This evening I’ll be watching a presentation about a very interesting new dynamic design system that was imagined and built by designers and software engineers who can all be accounted for (time sheets, pay stubs, etc.). One of the designers of the “technology” (cf. “applied science”) itself will be presenting about the design. She’s a world leader in the field. I’m excited to listen & learn since the previous one last year this time!

    Being a “world leader” immediately distinguishes her from anyone in the ID movement, which has no one fitting that category working on “ID theory” (there’s Schaefer III, who wasn’t awarded or promoted for anything to do with “ID theory”; Tour is pro-IDM as an evangelical USAmerican Christian, but can’t vouch for “ID theory as science”).

    The IDM also has very, very few women, and none among the leadership. Ann Gauger and Nancy Pearcey as scholars, Denyse O’Leary as propaganda journalist, plus staff & secretaries at the DI. Check the website: 65/67 Fellows at the DI are men. In “design thinking”, there is much more gender parity, and not such gender imbalance as in professional ID advocates at the DI. Why is that?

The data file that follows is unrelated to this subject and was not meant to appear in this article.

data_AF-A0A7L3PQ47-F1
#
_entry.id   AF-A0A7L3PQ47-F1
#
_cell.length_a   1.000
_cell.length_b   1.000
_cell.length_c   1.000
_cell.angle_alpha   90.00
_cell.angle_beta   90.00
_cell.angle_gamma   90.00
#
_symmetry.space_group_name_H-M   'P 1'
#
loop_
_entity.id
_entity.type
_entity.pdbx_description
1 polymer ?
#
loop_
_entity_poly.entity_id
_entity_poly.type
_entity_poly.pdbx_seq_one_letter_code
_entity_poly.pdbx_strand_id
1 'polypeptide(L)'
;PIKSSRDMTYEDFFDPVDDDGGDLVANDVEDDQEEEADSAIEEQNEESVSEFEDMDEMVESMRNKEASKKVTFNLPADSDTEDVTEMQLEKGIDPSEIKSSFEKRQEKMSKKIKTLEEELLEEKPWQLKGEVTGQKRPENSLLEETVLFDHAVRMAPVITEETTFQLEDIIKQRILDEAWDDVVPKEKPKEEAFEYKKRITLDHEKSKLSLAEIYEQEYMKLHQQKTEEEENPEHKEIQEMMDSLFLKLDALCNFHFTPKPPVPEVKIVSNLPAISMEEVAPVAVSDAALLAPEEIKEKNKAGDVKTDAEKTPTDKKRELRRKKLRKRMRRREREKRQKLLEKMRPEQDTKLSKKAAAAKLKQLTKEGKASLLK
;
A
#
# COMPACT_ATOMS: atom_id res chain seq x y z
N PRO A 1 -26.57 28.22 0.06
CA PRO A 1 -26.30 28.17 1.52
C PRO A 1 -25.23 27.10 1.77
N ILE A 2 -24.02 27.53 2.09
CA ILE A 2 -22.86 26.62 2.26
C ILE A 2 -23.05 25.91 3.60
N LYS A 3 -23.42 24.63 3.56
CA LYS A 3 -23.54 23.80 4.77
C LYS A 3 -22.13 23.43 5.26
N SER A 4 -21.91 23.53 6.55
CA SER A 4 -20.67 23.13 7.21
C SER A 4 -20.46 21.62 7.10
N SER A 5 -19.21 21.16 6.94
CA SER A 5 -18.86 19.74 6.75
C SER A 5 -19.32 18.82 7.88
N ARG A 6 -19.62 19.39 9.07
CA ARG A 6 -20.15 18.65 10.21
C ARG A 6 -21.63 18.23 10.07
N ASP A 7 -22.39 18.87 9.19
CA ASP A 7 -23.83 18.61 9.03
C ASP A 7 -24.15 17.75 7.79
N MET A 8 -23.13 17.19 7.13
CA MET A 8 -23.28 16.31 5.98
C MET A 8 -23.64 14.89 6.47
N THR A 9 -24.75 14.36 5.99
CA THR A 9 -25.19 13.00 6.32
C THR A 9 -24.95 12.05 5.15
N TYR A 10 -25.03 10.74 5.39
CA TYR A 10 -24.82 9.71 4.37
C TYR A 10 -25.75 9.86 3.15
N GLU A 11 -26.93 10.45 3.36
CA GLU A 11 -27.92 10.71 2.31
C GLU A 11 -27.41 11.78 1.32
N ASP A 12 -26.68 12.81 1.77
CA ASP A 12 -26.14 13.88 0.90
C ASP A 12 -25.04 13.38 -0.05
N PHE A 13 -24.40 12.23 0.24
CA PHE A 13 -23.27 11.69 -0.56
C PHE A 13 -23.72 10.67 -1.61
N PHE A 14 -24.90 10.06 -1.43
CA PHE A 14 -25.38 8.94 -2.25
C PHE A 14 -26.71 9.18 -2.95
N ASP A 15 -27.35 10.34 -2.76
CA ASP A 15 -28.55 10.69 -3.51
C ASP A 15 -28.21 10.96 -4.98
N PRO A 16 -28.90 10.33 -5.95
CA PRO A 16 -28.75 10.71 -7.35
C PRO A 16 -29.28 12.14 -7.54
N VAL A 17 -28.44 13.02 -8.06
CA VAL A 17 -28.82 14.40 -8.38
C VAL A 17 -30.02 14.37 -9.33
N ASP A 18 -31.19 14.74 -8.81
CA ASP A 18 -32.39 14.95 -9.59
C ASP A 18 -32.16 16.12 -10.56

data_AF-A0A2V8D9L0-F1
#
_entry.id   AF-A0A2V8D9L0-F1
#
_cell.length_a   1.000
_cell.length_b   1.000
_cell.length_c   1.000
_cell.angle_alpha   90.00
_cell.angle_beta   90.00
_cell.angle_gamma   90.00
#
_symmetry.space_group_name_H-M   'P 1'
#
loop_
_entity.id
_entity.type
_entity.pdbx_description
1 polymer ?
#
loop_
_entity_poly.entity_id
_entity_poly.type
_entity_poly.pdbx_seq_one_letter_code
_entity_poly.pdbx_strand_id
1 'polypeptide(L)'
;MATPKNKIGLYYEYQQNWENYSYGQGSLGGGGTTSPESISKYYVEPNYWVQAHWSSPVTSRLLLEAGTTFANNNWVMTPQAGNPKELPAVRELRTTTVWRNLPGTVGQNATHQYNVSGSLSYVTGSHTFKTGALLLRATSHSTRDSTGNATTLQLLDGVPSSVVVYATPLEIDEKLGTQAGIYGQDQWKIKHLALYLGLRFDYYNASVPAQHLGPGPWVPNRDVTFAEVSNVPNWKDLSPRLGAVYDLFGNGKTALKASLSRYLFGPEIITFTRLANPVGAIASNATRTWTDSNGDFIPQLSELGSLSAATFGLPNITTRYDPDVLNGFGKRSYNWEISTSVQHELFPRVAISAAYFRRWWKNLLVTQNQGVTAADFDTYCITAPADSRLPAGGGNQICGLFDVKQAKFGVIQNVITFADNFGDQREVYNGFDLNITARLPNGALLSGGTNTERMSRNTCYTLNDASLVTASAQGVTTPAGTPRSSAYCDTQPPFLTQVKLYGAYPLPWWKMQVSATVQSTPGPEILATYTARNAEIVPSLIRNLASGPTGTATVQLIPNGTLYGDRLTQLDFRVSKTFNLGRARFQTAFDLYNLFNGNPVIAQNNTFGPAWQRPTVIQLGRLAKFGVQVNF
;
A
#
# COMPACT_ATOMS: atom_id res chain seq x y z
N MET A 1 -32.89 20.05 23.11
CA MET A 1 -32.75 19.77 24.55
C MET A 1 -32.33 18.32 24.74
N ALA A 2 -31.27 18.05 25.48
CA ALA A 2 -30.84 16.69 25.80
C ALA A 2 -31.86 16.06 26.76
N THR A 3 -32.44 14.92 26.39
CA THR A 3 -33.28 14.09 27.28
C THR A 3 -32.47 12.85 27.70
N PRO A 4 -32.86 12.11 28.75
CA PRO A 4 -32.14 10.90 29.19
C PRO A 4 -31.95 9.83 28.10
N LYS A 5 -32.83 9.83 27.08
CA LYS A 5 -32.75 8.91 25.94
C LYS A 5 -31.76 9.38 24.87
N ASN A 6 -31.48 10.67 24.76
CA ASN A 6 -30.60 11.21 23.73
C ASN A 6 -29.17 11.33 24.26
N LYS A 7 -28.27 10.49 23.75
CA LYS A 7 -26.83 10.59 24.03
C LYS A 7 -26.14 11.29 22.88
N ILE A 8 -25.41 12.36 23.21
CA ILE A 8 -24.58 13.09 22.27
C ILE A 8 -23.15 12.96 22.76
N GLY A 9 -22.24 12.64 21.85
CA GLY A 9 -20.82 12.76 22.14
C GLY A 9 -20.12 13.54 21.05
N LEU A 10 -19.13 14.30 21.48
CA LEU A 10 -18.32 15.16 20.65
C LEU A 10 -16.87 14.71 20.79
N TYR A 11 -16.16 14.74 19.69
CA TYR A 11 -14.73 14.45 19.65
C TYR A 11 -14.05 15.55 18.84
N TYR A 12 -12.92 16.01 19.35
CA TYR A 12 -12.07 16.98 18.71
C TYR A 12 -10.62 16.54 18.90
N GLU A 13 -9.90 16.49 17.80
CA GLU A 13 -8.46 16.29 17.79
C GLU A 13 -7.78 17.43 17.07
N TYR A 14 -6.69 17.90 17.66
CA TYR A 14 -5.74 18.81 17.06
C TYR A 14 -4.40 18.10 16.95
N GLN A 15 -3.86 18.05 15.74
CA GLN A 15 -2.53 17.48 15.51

0

  5. CharlieM:
    Yet it is in the somatic cells of individuals where we find the greatest stability of the genome.

    I don’t think that’s true, but it doesn’t matter anyway: somatic cell lines die with the individual.

    Over evolutionary succession genomes change markedly. Our genomes are vastly different from any prokaryote.

    I don’t think, per replication, that there is much difference between the error rate of somatic and germline replication, if we could just stick with one end of the evolutionary series rather than leaping madly about.